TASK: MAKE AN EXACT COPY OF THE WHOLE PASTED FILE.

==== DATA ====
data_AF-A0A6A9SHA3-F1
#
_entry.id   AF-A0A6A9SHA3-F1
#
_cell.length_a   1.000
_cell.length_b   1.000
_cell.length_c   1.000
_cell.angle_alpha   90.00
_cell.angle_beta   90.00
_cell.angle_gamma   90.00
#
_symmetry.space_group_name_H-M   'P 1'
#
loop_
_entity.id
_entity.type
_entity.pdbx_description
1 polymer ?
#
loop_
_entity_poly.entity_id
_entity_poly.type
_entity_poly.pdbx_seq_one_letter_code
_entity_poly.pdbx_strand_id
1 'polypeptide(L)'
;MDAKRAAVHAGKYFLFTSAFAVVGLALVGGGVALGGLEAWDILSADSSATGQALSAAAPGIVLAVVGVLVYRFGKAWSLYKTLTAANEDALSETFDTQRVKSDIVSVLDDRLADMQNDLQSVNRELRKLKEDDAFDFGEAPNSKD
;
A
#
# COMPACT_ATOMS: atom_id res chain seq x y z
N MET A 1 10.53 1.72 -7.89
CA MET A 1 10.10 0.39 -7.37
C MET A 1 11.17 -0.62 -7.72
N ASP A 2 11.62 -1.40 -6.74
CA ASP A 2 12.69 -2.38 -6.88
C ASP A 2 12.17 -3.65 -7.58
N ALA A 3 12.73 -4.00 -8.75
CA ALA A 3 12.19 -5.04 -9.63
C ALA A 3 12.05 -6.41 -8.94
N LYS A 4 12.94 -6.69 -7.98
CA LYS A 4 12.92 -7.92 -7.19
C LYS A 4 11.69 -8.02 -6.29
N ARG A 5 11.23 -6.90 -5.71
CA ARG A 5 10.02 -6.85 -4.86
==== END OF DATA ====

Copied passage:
data_AF-A0A6A9SHA3-F1
#
_entry.id   AF-A0A6A9SHA3-F1
#
_cell.length_a   1.000
_cell.length_b   1.000
_cell.length_c   1.000
_cell.angle_alpha   90.00
_cell.angle_beta   90.00
_cell.angle_gamma   90.00
#
_symmetry.space_group_name_H-M   'P 1'
#
loop_
_entity.id
_entity.type
_entity.pdbx_description
1 polymer ?
#
loop_
_entity_poly.entity_id
_entity_poly.type
_entity_poly.pdbx_seq_one_letter_code
_entity_poly.pdbx_strand_id
1 'polypeptide(L)'
;MDAKRAAVHAGKYFLFTSAFAVVGLALVGGGVALGGLEAWDILSADSSATGQALSAAAPGIVLAVVGVLVYRFGKAWSLYKTLTAANEDALSETFDTQRVKSDIVSVLDDRLADMQNDLQSVNRELRKLKEDDAFDFGEAPNSKD
;
A
#
# COMPACT_ATOMS: atom_id res chain seq x y z
N MET A 1 10.53 1.72 -7.89
CA MET A 1 10.10 0.39 -7.37
C MET A 1 11.17 -0.62 -7.72
N ASP A 2 11.62 -1.40 -6.74
CA ASP A 2 12.69 -2.38 -6.88
C ASP A 2 12.17 -3.65 -7.58
N ALA A 3 12.73 -4.00 -8.75
CA ALA A 3 12.19 -5.04 -9.63
C ALA A 3 12.05 -6.41 -8.94
N LYS A 4 12.94 -6.69 -7.98
CA LYS A 4 12.92 -7.92 -7.19
C LYS A 4 11.69 -8.02 -6.29
N ARG A 5 11.23 -6.90 -5.71
CA ARG A 5 10.02 -6.85 -4.86